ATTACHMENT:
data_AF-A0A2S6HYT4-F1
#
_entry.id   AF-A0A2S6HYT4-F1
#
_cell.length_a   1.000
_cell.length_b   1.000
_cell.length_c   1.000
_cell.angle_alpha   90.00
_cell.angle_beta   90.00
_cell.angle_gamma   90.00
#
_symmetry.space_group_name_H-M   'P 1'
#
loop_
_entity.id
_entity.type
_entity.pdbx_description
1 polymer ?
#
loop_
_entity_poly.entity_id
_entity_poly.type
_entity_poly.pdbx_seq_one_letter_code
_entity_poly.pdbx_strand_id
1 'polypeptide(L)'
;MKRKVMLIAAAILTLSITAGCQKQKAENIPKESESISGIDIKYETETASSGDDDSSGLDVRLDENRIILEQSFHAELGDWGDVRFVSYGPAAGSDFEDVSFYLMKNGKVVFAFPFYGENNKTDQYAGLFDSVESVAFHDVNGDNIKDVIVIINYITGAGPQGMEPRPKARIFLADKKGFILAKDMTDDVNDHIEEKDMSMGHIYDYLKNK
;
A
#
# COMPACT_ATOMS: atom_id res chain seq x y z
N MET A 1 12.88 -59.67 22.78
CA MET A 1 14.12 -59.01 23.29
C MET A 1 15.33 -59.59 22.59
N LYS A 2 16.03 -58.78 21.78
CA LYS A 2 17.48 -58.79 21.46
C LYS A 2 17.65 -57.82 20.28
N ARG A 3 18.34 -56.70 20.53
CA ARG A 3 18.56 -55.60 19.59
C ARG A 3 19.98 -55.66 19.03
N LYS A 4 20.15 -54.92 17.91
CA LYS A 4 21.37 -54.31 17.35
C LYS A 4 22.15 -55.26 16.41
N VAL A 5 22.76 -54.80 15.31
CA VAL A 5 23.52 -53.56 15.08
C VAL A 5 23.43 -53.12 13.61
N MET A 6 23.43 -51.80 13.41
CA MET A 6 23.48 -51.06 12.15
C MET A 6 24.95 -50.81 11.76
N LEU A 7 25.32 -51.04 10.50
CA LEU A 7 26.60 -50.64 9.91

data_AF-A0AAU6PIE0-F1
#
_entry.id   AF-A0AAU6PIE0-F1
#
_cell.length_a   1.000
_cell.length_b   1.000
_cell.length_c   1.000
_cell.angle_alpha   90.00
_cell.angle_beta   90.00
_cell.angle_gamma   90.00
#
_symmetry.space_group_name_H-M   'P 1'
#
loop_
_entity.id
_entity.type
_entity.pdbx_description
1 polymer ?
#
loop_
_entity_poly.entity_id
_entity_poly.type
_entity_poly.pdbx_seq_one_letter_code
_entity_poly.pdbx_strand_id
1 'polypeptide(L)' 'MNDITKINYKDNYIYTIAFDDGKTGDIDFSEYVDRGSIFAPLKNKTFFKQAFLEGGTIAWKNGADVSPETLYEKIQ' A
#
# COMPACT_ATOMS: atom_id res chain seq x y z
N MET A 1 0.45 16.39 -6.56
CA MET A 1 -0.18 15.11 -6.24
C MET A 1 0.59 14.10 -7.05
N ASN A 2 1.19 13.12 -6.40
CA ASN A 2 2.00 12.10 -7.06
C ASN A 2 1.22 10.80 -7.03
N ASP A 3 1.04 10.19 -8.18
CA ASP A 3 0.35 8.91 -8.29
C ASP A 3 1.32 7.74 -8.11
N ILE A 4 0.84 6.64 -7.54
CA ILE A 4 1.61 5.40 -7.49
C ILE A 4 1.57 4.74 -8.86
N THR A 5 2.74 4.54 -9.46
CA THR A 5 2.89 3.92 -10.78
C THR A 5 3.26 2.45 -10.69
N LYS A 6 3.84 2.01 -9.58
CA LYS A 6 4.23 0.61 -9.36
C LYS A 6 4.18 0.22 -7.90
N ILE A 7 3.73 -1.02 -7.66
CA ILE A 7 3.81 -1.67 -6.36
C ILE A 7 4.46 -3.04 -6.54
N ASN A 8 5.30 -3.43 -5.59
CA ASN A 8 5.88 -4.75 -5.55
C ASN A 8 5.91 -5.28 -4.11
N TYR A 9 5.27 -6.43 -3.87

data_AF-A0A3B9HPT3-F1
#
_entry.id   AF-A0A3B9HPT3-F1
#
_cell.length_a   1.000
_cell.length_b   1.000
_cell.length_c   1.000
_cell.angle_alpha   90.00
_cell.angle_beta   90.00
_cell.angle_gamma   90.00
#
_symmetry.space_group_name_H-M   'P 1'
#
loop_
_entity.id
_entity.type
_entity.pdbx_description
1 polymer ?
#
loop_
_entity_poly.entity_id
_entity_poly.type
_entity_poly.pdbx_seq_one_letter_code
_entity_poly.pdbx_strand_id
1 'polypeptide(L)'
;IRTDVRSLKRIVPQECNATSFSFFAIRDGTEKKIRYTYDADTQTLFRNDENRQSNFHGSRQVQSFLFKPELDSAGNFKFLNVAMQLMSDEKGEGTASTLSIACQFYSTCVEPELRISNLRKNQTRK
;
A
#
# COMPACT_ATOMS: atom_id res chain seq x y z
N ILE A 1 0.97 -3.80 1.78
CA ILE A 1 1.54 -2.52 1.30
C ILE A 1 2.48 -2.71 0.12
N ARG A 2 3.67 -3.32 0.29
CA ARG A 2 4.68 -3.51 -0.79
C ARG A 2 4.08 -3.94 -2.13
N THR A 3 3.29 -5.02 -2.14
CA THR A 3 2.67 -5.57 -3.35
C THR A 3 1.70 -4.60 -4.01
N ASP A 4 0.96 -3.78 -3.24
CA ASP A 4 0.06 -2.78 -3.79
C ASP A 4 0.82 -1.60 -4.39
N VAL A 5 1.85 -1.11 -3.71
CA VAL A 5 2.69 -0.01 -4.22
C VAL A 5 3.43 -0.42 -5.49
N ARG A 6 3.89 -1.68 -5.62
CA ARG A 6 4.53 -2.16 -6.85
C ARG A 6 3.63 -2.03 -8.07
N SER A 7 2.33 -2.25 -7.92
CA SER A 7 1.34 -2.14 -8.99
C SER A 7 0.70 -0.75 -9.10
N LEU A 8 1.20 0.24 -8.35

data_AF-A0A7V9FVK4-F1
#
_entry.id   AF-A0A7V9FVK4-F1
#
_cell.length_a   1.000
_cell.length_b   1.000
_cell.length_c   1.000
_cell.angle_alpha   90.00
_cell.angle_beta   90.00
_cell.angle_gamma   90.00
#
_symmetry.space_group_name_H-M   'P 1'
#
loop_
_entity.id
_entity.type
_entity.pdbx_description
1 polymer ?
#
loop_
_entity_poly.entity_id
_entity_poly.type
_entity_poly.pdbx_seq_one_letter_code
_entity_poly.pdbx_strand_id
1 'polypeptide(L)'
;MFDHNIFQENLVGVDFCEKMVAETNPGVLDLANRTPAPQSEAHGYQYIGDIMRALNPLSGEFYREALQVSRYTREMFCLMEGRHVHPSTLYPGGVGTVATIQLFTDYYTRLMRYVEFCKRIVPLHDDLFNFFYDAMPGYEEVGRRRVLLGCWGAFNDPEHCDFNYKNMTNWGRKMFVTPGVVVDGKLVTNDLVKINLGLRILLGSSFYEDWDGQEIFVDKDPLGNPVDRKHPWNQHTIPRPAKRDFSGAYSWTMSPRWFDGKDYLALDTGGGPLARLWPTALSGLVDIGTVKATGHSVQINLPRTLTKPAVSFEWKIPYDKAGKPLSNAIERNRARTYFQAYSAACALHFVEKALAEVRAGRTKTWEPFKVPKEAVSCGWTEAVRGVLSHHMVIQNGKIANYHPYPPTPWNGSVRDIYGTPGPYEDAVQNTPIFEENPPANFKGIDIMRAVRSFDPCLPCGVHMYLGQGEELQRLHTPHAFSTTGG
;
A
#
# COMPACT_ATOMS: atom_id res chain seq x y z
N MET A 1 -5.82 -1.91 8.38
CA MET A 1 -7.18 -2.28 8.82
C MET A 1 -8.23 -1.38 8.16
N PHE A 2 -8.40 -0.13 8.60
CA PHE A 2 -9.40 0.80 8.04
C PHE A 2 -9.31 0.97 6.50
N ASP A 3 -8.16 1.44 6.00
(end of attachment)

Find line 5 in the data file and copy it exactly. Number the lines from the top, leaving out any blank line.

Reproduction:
_cell.length_a   1.000